I wasn’t surprised when the Associated Press reported last week that Colorado-based Jensen Farms had been fined for housing its workers in unsanitary, unsafe conditions (workers had little choice but to crowd into company-owned “motel” rooms that lacked beds, laundry facilities, and smoke detectors). After all, the huge cantaloupe farm had been found responsible for last fall’s deadly listeria outbreak — a major food safety oversight that killed at least 30 people, made 146 people sick, and soured melon season for farmers around the nation by planting a fear of cantaloupes in the minds of many eaters.
And although the AP story reads, “The fine was not linked to the outbreak,” it’s clear that there are links between food safety and the treatment of workers.
The Food and Drug Administration said its ‘root cause’ probe at the southeastern Colorado packer showed multiple places where normal background levels of listeria likely bloomed into deadly concentrations, from a dump truck to a produce washer designed for potato farms.
In other words, there is evidence that the company cut corners when it came to controlling bacteria, and it’s likely that workers who were left to live in rooms without beds were the product of the same kind of “cost-cutting” measures. They probably weren’t exactly empowered to speak up about the lack of sanitation they undoubtedly witnessed.
We — consciously or unconsciously — expect that the people on the so-called front lines of food production will be invested in creating a product that will, at the very least, not make us deathly ill. Increasingly, that appears not to be the case. In fact, the more I hear about workers in the food system and the challenges they face, the more I realize, that’s probably low on their list of concerns (after avoiding dehydration, heat exhaustion, injury, or getting covered in pesticides).
As food safety attorney Bill Marler pointed out on his website Food Safety News, this is not the first time a major food safety incident has been linked to worker violations. DeCoster Egg Farms — the Iowa mega farm behind the 2010 recall of millions of salmonella-tainted eggs — was also known for mistreating workers.
In the ’90s and early 2000s, DeCoster Egg Farms paid out a total of $3.5 million in fines and settlements associated with health and safety violations, as well as allegations of sexual abuse and harassment. Marler writes: “Then-Labor Secretary Robert Reich said conditions were: ‘As dangerous and oppressive as any sweatshop.’”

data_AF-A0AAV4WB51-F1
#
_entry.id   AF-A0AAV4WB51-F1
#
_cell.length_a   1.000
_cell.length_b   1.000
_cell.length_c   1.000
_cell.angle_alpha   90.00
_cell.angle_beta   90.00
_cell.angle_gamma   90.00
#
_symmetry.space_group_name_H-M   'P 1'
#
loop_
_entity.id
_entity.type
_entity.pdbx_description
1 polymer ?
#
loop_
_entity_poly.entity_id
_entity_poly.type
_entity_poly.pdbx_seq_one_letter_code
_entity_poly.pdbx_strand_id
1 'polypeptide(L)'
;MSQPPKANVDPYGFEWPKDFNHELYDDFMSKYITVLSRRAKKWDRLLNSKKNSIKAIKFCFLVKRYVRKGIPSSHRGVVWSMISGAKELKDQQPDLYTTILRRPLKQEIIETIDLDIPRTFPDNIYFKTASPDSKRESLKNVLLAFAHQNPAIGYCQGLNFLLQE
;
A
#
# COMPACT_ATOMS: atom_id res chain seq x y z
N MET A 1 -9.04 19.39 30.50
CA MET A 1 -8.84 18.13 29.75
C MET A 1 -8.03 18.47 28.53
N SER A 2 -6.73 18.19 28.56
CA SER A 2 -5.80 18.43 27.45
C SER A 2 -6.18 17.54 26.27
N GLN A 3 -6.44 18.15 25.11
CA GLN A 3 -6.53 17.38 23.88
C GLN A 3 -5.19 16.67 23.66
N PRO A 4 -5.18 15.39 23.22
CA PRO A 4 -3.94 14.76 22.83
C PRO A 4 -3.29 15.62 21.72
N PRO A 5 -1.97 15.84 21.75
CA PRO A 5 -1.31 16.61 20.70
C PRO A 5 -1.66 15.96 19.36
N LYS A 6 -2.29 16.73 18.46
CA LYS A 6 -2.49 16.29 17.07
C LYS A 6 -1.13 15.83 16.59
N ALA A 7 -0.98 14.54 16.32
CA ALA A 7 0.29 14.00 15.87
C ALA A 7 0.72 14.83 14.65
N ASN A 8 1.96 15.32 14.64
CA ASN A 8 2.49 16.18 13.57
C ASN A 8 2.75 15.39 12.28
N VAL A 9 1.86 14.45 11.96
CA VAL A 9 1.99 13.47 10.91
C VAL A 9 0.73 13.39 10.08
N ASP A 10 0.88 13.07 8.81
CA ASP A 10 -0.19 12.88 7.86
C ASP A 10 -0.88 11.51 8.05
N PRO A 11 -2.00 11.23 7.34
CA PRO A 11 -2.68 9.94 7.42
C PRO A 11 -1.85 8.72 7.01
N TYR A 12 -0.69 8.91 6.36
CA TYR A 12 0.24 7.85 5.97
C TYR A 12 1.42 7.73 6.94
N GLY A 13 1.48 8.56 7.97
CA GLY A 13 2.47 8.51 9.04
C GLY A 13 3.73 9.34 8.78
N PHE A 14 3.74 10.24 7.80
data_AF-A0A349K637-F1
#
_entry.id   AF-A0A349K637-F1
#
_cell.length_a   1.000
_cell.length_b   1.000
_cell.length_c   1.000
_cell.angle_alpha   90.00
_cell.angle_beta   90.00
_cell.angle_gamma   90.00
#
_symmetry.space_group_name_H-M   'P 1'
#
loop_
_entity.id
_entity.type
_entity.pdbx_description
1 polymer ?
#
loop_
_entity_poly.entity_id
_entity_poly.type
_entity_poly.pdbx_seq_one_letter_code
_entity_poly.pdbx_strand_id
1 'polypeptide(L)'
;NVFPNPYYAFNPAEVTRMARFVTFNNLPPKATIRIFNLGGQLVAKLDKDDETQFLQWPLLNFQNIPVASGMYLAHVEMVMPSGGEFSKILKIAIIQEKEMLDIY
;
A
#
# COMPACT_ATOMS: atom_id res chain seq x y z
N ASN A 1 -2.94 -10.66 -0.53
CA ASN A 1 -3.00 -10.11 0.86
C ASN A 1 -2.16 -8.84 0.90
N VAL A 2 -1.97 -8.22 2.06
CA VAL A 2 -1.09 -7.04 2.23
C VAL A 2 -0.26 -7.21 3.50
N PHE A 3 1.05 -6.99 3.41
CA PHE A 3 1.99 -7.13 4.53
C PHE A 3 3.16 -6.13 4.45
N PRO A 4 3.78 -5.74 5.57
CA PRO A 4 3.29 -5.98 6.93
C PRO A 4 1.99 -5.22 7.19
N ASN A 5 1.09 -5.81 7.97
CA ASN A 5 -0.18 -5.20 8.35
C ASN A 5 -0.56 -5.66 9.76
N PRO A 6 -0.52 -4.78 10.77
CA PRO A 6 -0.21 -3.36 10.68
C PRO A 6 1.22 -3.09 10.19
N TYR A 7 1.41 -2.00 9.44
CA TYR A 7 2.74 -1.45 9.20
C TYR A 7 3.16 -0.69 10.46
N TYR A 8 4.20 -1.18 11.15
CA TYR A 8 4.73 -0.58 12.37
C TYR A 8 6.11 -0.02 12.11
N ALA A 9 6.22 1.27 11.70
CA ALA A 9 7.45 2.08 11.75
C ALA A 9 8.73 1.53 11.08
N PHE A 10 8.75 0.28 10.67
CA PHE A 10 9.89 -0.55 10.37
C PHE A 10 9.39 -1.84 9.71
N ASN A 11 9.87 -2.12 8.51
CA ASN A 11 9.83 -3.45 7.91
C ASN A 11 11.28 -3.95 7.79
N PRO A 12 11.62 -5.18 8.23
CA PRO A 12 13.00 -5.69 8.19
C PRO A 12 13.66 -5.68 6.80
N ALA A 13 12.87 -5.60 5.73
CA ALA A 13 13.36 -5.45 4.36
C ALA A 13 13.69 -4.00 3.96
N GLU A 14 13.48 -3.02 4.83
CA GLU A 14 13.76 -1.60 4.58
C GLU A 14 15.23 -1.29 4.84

In the case of both Jensen and Decoster farms, the danger was foodborne illness. But there’s another, simpler factor that links workers and food safety: sick days.
It goes without saying that sick animals make for an unsafe food system (even if the Supreme Court — which just overturned a law that would require euthanizing downed livestock — doesn’t appear to see it that way). But a shocking number of states still don’t require employers to provide paid sick leave. And if you’re living on the edge of poverty — like many factory workers, grocery store clerks, and fast-food workers — missing a day of work is out of the question.
The cities of San Francisco and Washington, D.C., and the state of Connecticut are the exceptions. This fall, Seattle joined them when city voters passed a ballot measure to provide 150,000 workers paid days off then they’re sick. (Meanwhile, Denver voters rejected a similar effort). Of course, the basic right to stay home when you’re sick — not to mention live in safe housing, take breaks, and stay injury-free — probably doesn’t sound like a big ask to many of us. But the groups campaigning for the Seattle measure knew better than to run a campaign based on human rights alone. A flyer widely circulated before the election by the Seattle Coalition for Healthy Workforce read:
Grocery and restaurant workers are on the front lines of food safety. Yet one in four grocery workers report coming to work sick because they don’t have paid sick days, and 78% of accommodation and food service workers don’t earn paid sick days. [Emphasis theirs.]
Nonetheless, it’s telling — and more than a little depressing — that workers’ safety is often championed less for its own sake than in an effort to safeguard the products that end up in consumer’s homes. I’m not saying it’s not vital to keep our food system safe for eaters, because it is. But the slope of self-interest is steep and slick.
And it’s important to keep in mind that, in the eyes of many huge, poorly run, bottom-line driven operations like Jensen and DeCoster Farms, neither consumers nor workers deserve much respect.
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